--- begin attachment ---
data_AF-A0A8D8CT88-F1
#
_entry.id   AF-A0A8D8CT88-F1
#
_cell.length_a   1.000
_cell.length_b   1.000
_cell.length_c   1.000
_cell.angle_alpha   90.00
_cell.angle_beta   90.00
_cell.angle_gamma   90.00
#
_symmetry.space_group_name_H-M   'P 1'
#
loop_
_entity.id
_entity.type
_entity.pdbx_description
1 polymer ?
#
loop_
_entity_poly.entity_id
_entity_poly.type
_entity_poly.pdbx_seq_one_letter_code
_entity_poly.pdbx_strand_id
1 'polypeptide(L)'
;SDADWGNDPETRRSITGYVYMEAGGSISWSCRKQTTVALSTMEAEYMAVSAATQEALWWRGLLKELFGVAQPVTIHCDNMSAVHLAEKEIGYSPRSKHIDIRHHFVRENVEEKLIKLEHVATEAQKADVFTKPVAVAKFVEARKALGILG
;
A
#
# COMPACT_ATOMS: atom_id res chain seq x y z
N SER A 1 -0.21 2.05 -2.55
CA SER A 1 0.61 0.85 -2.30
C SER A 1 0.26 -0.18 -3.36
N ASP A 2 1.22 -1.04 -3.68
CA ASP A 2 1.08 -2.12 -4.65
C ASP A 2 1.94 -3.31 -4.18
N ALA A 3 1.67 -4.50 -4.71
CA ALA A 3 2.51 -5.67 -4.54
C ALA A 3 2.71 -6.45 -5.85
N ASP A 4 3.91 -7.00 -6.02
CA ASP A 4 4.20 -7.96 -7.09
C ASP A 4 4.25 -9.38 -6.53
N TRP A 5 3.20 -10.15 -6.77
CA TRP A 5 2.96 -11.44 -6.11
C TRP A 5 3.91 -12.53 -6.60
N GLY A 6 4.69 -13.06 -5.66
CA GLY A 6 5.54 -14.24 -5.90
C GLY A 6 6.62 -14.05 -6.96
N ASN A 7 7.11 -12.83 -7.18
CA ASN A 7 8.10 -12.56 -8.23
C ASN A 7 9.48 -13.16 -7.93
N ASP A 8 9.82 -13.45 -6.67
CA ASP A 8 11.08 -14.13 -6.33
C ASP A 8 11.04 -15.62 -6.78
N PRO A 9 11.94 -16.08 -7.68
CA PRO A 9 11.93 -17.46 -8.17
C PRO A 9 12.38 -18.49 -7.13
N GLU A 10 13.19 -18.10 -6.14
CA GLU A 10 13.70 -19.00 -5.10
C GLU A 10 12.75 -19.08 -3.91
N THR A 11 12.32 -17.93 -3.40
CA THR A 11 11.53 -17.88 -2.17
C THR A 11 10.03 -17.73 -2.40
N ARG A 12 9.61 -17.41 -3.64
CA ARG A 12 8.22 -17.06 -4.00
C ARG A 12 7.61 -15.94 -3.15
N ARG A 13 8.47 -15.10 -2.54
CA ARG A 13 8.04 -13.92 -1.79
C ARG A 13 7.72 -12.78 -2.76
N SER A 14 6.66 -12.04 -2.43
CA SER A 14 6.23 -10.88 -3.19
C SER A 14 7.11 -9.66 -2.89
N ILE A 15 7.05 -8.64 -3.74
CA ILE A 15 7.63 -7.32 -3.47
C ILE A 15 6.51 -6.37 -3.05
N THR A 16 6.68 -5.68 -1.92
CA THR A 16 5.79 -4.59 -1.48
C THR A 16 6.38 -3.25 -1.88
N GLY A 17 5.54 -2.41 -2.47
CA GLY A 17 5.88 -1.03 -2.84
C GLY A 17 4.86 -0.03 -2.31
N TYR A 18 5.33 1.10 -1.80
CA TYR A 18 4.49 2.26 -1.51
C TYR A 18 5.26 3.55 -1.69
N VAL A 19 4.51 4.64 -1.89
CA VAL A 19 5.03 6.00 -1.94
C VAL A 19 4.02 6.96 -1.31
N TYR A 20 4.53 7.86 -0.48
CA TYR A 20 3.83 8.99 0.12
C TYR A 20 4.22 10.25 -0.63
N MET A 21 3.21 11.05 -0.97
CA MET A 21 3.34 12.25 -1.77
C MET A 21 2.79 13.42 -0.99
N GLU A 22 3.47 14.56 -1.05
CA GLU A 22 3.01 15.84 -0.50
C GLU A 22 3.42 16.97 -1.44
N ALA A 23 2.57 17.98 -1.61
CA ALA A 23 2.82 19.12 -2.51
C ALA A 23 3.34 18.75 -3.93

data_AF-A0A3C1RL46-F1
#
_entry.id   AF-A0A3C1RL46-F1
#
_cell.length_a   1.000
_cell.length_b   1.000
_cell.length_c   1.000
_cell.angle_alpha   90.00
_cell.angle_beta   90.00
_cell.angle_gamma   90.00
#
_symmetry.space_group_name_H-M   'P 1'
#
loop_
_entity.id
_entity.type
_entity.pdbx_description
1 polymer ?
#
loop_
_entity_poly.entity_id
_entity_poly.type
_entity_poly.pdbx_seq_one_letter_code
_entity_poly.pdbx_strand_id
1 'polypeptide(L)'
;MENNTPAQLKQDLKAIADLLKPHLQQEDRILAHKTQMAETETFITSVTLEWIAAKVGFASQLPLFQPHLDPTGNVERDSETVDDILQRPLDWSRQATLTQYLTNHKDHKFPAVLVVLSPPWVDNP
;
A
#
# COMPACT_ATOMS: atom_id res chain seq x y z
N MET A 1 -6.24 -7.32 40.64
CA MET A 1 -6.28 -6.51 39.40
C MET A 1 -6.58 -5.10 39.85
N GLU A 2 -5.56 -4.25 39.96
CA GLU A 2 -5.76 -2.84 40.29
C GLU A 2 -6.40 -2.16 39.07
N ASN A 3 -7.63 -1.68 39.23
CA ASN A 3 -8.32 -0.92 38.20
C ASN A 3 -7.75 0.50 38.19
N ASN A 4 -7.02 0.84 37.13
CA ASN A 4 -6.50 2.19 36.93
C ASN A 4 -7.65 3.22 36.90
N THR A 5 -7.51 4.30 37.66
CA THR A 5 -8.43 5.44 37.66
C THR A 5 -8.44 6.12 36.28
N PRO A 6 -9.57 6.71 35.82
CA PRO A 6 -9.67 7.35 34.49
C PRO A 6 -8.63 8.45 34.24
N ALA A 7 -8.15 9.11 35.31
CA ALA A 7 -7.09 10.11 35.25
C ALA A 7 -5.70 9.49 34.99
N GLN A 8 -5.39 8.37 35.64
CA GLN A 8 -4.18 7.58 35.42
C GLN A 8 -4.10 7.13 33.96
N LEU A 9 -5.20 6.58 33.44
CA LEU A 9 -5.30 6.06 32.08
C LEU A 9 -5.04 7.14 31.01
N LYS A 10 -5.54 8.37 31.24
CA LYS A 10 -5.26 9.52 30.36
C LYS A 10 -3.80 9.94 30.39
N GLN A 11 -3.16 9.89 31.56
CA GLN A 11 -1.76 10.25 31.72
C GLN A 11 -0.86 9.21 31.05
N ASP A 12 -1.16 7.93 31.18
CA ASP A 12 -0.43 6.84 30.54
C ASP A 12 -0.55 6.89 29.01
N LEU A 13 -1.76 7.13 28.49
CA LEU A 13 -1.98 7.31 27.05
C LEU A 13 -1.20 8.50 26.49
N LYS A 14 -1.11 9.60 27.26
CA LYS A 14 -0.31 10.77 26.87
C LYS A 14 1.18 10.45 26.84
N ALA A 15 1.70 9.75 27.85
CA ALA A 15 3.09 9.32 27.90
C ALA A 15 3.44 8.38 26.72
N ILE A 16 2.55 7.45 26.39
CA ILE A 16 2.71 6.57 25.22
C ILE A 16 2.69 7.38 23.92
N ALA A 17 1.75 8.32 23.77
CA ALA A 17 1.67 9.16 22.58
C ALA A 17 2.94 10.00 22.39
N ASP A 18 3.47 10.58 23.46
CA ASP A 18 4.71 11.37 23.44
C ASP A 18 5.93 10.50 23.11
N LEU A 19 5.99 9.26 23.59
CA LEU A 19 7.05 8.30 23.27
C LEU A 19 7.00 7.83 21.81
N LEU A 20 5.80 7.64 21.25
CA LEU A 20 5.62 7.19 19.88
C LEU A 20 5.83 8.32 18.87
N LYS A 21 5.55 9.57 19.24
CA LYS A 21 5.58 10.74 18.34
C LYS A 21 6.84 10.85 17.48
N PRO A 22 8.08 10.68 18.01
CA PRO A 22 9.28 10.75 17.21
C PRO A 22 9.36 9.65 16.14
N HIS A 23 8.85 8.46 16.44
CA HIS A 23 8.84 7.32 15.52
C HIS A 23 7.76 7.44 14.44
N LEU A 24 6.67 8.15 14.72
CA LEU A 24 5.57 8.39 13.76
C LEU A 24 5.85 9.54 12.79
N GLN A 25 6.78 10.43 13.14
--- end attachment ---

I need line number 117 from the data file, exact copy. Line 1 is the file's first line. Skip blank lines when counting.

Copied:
1 polymer ?